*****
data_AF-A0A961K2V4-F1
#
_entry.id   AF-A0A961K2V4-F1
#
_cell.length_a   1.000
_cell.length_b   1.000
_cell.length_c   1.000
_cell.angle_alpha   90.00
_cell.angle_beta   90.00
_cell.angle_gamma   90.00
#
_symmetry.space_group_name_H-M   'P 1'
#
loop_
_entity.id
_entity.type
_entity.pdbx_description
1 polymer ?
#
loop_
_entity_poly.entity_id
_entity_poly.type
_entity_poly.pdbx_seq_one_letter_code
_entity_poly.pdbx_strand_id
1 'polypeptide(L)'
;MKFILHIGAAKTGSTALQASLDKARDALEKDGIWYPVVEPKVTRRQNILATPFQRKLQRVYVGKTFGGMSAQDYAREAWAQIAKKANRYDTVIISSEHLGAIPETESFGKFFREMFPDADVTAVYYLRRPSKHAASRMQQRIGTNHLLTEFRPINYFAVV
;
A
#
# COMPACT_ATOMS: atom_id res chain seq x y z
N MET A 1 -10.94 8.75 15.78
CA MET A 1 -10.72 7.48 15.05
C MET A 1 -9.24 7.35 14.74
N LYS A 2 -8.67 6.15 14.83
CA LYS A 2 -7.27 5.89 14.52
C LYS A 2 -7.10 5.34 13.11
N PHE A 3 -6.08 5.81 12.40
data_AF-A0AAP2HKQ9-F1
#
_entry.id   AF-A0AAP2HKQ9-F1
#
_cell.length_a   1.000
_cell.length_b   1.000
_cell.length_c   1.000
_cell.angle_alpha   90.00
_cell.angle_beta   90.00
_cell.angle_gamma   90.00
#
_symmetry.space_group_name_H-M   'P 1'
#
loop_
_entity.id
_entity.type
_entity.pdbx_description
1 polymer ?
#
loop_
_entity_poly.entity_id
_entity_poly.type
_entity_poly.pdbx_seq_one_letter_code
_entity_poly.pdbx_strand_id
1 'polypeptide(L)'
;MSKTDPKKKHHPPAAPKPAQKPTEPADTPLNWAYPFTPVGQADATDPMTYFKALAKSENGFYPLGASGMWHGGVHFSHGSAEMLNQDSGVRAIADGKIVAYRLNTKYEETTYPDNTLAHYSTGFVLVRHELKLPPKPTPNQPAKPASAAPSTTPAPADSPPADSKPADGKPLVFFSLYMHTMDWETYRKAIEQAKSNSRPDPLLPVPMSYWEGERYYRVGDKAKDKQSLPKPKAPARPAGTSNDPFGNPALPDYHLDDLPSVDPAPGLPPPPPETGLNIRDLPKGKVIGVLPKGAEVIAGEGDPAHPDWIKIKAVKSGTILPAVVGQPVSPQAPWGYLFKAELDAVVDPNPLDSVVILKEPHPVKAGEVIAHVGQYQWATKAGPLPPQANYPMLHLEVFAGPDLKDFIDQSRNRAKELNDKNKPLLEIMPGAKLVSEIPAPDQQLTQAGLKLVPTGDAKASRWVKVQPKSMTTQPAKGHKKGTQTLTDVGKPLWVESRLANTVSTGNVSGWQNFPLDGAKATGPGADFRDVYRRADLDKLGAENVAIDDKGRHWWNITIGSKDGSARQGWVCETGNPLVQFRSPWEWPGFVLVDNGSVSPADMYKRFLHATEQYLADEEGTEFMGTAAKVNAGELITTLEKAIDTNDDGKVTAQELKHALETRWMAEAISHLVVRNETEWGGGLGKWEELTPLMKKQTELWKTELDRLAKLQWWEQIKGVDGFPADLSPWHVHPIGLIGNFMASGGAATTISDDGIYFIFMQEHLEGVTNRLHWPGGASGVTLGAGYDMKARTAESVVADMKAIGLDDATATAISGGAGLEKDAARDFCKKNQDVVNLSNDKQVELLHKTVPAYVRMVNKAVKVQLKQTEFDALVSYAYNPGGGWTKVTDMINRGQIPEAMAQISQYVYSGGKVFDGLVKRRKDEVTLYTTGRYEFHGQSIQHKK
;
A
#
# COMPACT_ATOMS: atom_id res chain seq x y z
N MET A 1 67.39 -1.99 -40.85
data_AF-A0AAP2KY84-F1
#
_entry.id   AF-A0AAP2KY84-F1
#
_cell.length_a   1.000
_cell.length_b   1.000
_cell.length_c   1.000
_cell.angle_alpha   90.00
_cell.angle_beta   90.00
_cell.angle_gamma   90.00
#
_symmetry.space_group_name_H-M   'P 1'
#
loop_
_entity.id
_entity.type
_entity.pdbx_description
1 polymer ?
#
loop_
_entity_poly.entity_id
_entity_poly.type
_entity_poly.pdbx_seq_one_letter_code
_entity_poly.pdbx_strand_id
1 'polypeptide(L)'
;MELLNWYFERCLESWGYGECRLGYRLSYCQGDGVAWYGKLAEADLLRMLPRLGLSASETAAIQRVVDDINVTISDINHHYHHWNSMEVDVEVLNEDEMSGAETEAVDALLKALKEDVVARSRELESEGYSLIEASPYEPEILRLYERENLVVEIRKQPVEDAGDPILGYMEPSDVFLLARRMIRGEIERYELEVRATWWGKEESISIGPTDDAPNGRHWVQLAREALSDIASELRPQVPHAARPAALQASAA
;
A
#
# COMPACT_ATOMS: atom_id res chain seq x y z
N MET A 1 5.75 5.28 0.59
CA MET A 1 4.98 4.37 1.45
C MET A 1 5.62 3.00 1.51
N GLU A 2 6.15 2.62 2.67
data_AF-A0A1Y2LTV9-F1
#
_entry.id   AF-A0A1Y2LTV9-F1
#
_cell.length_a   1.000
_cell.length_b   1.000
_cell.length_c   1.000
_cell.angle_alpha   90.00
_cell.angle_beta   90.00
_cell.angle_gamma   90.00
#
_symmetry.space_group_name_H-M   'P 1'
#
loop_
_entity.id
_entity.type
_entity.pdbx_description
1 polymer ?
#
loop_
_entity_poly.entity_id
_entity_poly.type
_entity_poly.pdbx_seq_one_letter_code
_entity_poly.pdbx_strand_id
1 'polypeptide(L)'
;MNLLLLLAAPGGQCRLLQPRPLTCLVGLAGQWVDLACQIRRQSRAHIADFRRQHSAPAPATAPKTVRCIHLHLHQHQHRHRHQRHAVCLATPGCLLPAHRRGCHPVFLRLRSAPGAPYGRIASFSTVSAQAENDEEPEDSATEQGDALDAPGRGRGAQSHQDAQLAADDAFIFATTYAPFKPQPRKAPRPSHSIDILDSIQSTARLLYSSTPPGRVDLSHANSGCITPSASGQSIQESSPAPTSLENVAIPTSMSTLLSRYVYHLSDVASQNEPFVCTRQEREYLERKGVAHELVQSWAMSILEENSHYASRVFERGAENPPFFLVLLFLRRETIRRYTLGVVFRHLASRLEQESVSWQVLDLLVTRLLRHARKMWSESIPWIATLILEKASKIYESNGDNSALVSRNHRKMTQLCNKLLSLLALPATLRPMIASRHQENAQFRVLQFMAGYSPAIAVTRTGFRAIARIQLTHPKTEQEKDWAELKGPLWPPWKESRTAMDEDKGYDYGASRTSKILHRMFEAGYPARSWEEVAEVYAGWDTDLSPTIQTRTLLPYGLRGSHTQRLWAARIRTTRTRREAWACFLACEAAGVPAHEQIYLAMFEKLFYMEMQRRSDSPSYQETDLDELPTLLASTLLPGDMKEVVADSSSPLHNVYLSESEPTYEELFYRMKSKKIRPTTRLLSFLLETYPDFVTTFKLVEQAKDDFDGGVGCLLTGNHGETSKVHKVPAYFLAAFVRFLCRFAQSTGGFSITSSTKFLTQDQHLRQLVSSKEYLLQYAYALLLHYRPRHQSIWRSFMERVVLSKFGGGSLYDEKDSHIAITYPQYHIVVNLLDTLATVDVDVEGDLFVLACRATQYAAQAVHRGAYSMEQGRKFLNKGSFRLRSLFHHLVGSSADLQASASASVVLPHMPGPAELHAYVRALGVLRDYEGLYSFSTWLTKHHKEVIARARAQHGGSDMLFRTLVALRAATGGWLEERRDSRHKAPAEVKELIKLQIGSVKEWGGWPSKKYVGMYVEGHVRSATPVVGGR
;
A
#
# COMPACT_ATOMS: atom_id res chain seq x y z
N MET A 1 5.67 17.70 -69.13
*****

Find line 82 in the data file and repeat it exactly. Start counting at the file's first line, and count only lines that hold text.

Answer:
loop_